Nim Vind  has created an artistic identity for himself that refuses to submit to any specific rock and roll genre. As a result, his sound connects well with a broad spectrum of listeners. He’s toured with several respected musical icons from within the horror punk, deathrock, and dark wave scenes. He is modest in his approach and mysterious in his ways. And as a writer drawn to learning more about the person behind the craft than the mechanics of the craft itself—I found myself delighted to interview the man known as Nim Vind.

I learned a lot more than I expected to from this interview. As an artist, it inspired me, and I hope it does the same for you:

Can you share with us anything from your childhood that may have helped to create who you are today as Nim Vind?

Nim Vind: My Father was in the Vancouver Symphony Orchestra. I was raised by a musician. My uncles were in the CBGB’s and Max’s Kansas City Rock N Roll scene in New York. So music was all around me. All I was interested in once I hit high school was music. I still love a loud guitar and midnight show in some dark, packed bar. I love the idea of sound helping people essentially telepathically communicate. That’s exactly what happens. You communicate with shared emotion and excitement. What could be more cool than that? You can have a language barrier but still share an emotional high with that person. You both know the language the music is speaking and it unites your minds for a time. However I consider myself more of an artist than a working musician. I don’t play in a bunch of different bands to make ends meet. I do my own art and music and play with a few select projects that I really connect with.

How do you prepare yourself mentally before going into a recording session?

Nim Vind: I am always really excited to record. It’s possibly my favourite part of the music endeavour. I write songs in my own space and work on them in various settings. The payoff of all the work to make hopefully amazing songs is getting to go in and record them for other people to listen to. I love the whole process from recording to mixing to mastering. So really the only preparation is an excited attitude. I would never want to be bummed out or depressed and not wanting to go to the studio. If I was feeling down the studio is the thing that would pull me out of it. I love it. It’s therapy.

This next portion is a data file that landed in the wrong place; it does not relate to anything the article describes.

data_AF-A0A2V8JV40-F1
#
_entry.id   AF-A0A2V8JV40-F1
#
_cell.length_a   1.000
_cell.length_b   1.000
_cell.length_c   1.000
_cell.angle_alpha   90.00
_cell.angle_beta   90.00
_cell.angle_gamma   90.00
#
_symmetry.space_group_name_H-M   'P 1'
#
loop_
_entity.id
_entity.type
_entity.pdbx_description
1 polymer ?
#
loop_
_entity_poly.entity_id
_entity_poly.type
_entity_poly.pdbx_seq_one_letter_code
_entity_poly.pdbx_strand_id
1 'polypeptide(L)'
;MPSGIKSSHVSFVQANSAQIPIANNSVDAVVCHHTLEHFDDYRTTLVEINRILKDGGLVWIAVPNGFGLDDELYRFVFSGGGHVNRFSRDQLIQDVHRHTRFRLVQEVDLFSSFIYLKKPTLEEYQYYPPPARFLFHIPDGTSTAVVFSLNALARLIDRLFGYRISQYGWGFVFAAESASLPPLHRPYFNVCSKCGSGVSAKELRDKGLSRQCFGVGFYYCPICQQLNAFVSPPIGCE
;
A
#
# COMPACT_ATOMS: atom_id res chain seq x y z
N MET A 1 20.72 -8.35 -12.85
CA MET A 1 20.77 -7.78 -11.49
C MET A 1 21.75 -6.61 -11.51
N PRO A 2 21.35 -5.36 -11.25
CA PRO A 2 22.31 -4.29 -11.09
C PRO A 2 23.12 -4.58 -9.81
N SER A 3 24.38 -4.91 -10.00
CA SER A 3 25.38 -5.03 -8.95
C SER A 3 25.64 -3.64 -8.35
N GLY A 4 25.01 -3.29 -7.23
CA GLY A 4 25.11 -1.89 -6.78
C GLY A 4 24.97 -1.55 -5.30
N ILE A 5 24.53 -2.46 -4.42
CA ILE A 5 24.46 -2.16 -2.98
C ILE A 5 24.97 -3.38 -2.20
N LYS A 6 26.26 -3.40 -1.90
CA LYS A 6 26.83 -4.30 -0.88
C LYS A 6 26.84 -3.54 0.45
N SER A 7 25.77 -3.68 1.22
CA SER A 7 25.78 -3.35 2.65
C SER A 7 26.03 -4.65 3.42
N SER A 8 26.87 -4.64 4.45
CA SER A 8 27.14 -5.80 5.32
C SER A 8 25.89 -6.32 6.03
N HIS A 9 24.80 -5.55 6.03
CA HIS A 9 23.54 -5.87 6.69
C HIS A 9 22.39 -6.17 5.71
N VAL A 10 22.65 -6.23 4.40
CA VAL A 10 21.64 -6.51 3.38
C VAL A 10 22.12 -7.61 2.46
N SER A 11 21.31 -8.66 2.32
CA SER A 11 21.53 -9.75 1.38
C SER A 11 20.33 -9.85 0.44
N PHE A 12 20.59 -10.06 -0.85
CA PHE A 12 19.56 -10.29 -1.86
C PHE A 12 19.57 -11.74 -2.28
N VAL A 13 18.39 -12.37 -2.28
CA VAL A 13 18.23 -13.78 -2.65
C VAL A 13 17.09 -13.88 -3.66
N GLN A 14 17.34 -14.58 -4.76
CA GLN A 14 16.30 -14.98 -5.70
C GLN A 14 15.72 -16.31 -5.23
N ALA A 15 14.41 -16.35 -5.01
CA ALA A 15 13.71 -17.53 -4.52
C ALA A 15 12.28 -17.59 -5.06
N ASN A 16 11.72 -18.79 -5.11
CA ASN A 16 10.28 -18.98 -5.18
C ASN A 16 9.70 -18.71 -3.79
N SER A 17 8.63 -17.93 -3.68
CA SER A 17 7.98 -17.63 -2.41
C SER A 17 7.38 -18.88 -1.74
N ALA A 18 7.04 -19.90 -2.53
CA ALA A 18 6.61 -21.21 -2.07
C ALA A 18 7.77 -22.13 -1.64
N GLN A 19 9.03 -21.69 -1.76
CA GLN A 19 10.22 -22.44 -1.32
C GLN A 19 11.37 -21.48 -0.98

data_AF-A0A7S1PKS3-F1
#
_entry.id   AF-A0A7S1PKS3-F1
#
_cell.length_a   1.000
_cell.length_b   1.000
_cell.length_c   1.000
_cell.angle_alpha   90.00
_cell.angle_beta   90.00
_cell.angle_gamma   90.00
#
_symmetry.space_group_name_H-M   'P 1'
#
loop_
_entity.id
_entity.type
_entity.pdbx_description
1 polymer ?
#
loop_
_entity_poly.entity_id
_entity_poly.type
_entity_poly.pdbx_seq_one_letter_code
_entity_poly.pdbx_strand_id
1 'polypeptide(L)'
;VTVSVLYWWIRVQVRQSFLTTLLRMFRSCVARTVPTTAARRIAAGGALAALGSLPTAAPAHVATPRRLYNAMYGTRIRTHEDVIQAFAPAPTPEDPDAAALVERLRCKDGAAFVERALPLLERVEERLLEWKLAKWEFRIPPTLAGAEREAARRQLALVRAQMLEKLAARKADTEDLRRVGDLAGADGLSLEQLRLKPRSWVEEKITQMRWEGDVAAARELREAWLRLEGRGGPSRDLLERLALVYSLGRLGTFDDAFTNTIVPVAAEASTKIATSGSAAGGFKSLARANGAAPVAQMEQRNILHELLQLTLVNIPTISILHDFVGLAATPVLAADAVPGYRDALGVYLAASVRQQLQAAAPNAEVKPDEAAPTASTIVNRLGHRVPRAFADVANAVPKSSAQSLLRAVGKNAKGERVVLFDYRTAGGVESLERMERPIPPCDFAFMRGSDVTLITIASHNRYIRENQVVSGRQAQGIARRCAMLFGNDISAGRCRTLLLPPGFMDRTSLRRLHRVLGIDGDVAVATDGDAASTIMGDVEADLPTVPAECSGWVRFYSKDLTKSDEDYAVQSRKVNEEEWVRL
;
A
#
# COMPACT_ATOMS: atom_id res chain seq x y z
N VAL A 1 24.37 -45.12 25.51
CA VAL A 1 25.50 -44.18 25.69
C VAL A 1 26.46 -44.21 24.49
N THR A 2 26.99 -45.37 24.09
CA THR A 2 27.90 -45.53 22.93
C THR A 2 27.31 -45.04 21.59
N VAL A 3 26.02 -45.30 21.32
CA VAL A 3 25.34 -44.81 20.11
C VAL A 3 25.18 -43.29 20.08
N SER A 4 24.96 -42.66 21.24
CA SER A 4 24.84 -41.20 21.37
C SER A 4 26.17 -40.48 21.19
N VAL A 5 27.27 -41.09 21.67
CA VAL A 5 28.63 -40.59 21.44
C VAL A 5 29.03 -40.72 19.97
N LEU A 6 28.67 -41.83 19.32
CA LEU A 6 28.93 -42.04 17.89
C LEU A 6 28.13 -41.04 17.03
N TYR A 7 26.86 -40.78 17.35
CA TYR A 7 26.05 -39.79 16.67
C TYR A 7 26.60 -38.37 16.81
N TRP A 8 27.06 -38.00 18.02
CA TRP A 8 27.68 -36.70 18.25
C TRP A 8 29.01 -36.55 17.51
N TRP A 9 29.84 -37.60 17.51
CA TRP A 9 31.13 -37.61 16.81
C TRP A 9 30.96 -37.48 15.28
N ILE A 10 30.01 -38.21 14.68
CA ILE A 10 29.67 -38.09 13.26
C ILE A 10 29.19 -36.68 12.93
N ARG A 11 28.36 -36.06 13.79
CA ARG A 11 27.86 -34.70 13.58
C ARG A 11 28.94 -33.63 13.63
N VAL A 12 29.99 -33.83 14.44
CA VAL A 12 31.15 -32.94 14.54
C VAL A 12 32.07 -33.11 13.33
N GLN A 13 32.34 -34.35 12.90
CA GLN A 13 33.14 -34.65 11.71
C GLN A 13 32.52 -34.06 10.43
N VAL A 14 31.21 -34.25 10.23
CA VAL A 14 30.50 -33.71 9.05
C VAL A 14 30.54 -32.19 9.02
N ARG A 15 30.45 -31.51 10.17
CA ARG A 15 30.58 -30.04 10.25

Has any fan feedback ever made you realize that something you’ve said or composed truly affected them—maybe by helping them through a personal hardship? What affect does that have on you and future writings?

Nim Vind: I’ve got some amazing letters for sure. From people coming out of or going into surgeries, to people suffering, to people needing a power up before they have to do something they’re nervous about. That’s an amazing feeling and a letter like that can change your year sometimes or at least your day. Recently it’s been great to see my friend Deadly 13 sell her Nim Dolls and have other artists start working with her too. She originally sent me doll for fun and we loved it so much we started paying her to make them for us. It’s great to see other people’s talents at work. It’s inspiring.

In a world of chaotic social media, promoting, and other obligations involved with being a musician, what helps you to unwind and find peace?

Nim Vind: I am a loner so having time to reflect on things during a midnight walk is really cool for me. I also love to read but I have to say I love the social media aspect of it. I run Nim Vind myself so it’s a pleasure to see every “like” and every online store sale or whatever. I love just getting the chance to do Nim Vind stuff all night long. I don’t plan on growing up and getting a real life. Why would I want to do that?

Nim Vind 2 used with permission article

Interview by Veronica Campbell


Instagram @nimvind

Photos by MichelleXstar and prints can be purchased at

Interview published Dec. 30, 2018. Not for use with any other publication without permission.